Havre, Montana – Dr. Michelle Donaldson, Orthopedic Surgeon, will be traveling with the US Olympic Snowboard Team to Andorra in January of 2014. She will be there to serve as a team physician for a Boardercross competition. This will be her 13th year traveling with the team. Her first trip in 2001 was to Japan. She is the only female physician covering the US Ski team, or any world Olympic team. She travels 1-2 times a year with the team and estimates she has made 17-18 trips so far.
Boardercross is a type of freestyle snowboarding where snowboarders race 4 abreast down multiple terrain features and jumps. Andorra, located in the eastern Pyrenees Mountains and bordered by Spain and France, is an ideal location for this type of event.
In a time trial or qualification round, every competitor boards down a course that is built to encompass both naturally occurring terrain and artificial features like jumps, rollers, or banks. After the time trial, the fastest 32 boarders compete in a knockout-style series in rounds of four. A group of four boarders start simultaneously and attempt to reach the end of the course. The first two to cross the finish line will advance to the next round. The International Olympic Committee decided on November 28, 2006, to include Boardercross in the program of the 2010 Winter Olympics at Vancouver. January’s Boardercross Event will be a prelude to the 2014 Winter Olympic Games to be held in Sochi, Russia in February.
In 1968, Dr. Robert Oden, an Orthopedic Surgeon from Aspen, Colorado initiated the “U.S. Ski Team Doctors Pool” by recruiting and training doctors to travel with the ski teams and provide medical assistance. The U.S. Ski Team Doctors Pool assured that our athletes had availability to American doctors in all the events held in Europe or out of the U.S. His work inspired international skiers and athletes of other sports to seek out orthopedic doctors for advice and treatment.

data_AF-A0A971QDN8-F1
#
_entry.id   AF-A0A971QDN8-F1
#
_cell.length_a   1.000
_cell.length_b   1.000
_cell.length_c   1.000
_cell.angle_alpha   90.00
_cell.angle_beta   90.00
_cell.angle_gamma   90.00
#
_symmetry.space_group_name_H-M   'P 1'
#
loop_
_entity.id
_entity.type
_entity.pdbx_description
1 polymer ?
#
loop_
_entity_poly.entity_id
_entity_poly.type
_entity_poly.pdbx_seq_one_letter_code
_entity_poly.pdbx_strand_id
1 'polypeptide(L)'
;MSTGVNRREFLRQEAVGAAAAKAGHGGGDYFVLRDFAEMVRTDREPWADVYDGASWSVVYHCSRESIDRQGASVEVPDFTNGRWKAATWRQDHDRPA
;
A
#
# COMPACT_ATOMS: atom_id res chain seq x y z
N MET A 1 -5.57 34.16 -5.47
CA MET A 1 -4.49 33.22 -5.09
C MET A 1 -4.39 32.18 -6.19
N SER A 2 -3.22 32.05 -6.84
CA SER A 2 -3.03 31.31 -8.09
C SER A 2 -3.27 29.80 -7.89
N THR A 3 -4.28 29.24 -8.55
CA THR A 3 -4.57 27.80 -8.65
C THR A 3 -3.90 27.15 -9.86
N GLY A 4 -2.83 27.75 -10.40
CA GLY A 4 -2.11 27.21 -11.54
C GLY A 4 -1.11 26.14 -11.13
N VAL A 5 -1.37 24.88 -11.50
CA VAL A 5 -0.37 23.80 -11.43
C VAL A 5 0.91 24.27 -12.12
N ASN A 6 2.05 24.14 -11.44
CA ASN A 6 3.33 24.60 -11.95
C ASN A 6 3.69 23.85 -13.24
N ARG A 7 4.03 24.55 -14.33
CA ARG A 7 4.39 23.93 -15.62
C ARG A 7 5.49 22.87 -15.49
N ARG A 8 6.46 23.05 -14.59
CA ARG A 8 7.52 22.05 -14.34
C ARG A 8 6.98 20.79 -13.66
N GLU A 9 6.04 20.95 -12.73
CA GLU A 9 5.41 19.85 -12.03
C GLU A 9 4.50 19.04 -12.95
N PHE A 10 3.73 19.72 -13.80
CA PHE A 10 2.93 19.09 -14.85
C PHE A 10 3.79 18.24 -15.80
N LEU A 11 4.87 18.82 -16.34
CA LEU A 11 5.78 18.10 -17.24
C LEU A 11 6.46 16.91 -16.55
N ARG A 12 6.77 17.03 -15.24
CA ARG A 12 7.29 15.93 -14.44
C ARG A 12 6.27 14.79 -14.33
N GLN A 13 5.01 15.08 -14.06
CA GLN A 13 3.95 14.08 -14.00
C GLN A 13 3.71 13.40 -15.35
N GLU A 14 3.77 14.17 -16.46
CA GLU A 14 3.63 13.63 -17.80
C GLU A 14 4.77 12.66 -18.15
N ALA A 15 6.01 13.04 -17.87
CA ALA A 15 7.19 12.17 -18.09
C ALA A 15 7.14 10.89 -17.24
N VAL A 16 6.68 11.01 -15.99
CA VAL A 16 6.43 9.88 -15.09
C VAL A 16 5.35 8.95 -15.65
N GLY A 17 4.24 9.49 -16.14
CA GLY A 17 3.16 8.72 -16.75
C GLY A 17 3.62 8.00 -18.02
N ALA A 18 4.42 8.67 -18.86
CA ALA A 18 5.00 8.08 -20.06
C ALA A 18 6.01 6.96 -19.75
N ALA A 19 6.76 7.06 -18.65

Team physicians provide care for athletes at their events in order to provide immediate emergency assessments. Dr. Donaldson scouts out the local hospitals before the events to determine what the action plan would be to get the athlete safely to a care facility. Team physicians and ski patrol are strategically stationed along the course, ready to provide care at a moment’s notice. “We stay with the athlete from the moment they get hurt throughout the entire medical process.” says Dr. Donaldson. “My main role is to triage the skier and act as their representative and advocate.”
Exotic locations aside, the ski events are no vacation; they require a lot of work and preparation. In order to volunteer with the ski and snowboard teams, physicians are required to take an on-snow trauma course taught by the full time medical staff, and must re-certify every four years. Their physicians must also be certified through the World Anti-Doping Agency.
“My training in the on snow trauma course is fun and challenging. You have to be a good skier to even get down some of the hills they compete on. Once you get down, you have to perform all of the emergency procedures and assessments that you would normally do in a warm indoor environment, outside on the snow and at a significant pitch. You also have to figure out how to get the injured athlete safely off the course.”
Providing care for the world’s best athletes and traveling to international competitions are the biggest perks of working for Team USA. Dr. Donaldson counts New Zealand, and anywhere in South America as her favorite trips. But the job has its disadvantages. A physician has to balance his or her commitment as a team physician with the demands of a full-time medical practice. Dr. Donaldson adds, “My busy practice prohibits me from being away for more than a couple of weeks, but I have an excellent group of providers I work with that help to cover the patients; that gives me piece of mind.”
Physicians are with the athletes around the clock. They attend practice and events, eat meals and stay in the same hotels as the athletes. With all that time together, the team becomes very close. “The best part of traveling with the athletes is getting a glimpse into their dedication to their dreams. Being a part of the US Ski and Snowboard teams have been a great honor and a wonderful adventure. I look forward to doing it for years to come. ” says Dr. Donaldson.